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Saturday Citations: New hope for rumbly guts; 'alien' signal turns out to be terrestrial and boring. Plus: A cool video

Saturday Citations: New hope for rumbly guts; "alien" signal turns out to be terrestrial and boring. Plus: A cool video
Researchers report that a truck traversed the area near the seismic station in Manus Island. Image based on satellite images acquired on March 24, 2023. Alert your neighbors. Take shelter. Credit: Roberto Molar Candanosa and Benjamin Fernando/Johns Hopkins University, with imagery from CNES/Airbus via Google

I've seen things you people wouldn't believe. Rodents eating herbal remedies. I watched a truck mistaken for an alien message. All those moments will be lost in time, like the Upper West Side under land subsidence.

Tummy better

Researchers in Brazil report that a nanoemulsion of curcumin, the bright yellow chemical compound in turmeric, modulated the gut microbiota of mice with intestinal inflammation and made their tummies better.

Curcumin has been cited for possible anti-inflammatory properties and the alleviation of autoimmune and , but research is scarce, and global demand for new, inexpensive approaches is high. Unfortunately, curcumin also has low bioavailability when taken orally.

One approach is adding compounds from , which greatly increases curcumin uptake, but in this study, the researchers created an emulsion of curcumin nanoparticles and administered it to mice with rumbly guts, evaluating its stability, morphology, and physicochemical properties. Following treatment, the mice had an increased presence of beneficial microbiota, including good old Lactobacillus.

The researchers hope eventually to produce an inexpensive treatment for conditions like inflammatory bowel disease.

Headline commendable

The week's best headline, provided by Johns Hopkins University, crystallizes all the text in the article into a microscopic lattice of geometric purity. In the story, "Interstellar signal linked to aliens was actually just a truck," a Johns Hopkins researcher clarifies that believed to be caused by a 2014 meteor fireball north of Papua New Guinea were just the vibrations of a truck.

You didn't even need me to write that; it was already in the headline. I am a human redundancy; I'll show myself out. "The findings raise doubts that materials pulled last year from the ocean are alien materials from that meteor, as was widely reported," according to the article.

As evidence, planetary seismologist Benjamin Fernando cites changes in the direction of the sound waves over time that corresponded exactly with a road running past the seismometer. "It's really difficult to take a signal and confirm it is not from something. But what we can do is show that there are lots of signals like this and show they have all the characteristics we'd expect from a truck and none of the characteristics we'd expect from a meteor," he says.

Geohazard modeled

New Yorkers who feel like the horizon line is higher than it used to be are probably unusually perceptive because that would be pretty difficult to eyeball, but they're not wrong. Land subsidence is impacting coastal cities around the world as subsurface material disappears and natural aquifers are depleted.

Sinking land damages infrastructure and , jeopardizing human lives and livability on coasts. Yes, we already have a lot on our plate with sea ice loss and undulating atmospheric jets and whatnot. But researchers in Colorado used deep learning to make the first predictions of land subsidence at a global scale.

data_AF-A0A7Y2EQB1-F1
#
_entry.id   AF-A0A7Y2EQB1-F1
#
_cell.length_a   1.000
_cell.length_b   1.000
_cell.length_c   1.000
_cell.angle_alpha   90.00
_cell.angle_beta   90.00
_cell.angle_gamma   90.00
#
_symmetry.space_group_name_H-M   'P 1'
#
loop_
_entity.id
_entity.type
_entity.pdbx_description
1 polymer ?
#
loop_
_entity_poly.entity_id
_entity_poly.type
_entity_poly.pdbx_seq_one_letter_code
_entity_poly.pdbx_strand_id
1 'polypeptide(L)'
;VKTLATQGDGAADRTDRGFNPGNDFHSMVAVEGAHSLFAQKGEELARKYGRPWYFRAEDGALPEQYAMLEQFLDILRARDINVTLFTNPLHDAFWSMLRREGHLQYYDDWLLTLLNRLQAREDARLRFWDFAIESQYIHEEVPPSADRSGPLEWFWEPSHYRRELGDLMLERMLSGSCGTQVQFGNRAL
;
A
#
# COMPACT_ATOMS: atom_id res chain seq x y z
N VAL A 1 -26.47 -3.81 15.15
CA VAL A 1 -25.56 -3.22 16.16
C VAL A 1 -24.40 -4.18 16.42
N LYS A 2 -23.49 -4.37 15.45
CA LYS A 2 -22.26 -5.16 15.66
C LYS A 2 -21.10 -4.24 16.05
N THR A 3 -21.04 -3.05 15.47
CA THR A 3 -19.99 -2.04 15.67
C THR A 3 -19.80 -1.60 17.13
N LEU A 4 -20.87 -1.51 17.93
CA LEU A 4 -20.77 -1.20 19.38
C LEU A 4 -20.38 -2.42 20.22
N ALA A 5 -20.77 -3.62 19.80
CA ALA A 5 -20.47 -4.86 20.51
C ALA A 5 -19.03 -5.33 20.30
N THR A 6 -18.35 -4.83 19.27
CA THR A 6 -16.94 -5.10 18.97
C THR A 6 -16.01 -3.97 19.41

They conclude that more than 6.3 million square kilometers of Earth's surface are susceptible to significant subsidence; 231,000 square kilometers of susceptible regions consist of urban areas collectively inhabited by around 2 billion people. The model also determined that the main predictor of subsidence is groundwater abstraction; areas like New York City are also sinking because buildings are heavy.

The researchers recommend phasing out groundwater extraction in favor of sources like seawater desalination and treating wastewater.

This video is awesome

Red supergiant Betelgeuse is an exciting astronomy target due to its frequent variations in brightness and recently, astronomers have proposed that it is spinning faster than previously believed. However, researchers at the Max Planck Institute for Astrophysics are calling that assumption into question, proposing instead that the boiling surface of Betelgeuse can be mistaken for rotation (video is on the linked page.)

Using interferometry data from the Atacama Large Millimeter/submillimeter Array, they discovered what they describe as a dipolar radial velocity map on the outer surface of Betelgeuse, the visual effect of which is that half of the surface appears to be approaching us as the other half recedes.

But this is an illusion, according to the researchers, who say instead that the changes in apparent brightness are caused by the violently boiling surface of the star. Using the ALMA data, they made a video, which is the whole point of this paragraph and which I am not embedding here, but click through and check it out. This thing could be a Doom enemy and it would definitely get a cutscene when it entered the arena.

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Citation: Saturday Citations: New hope for rumbly guts; 'alien' signal turns out to be terrestrial and boring. Plus: A cool video (2024, March 9) retrieved 27 May 2024 from https://phys.org/news/2024-03-saturday-citations-rumbly-guts-alien.html
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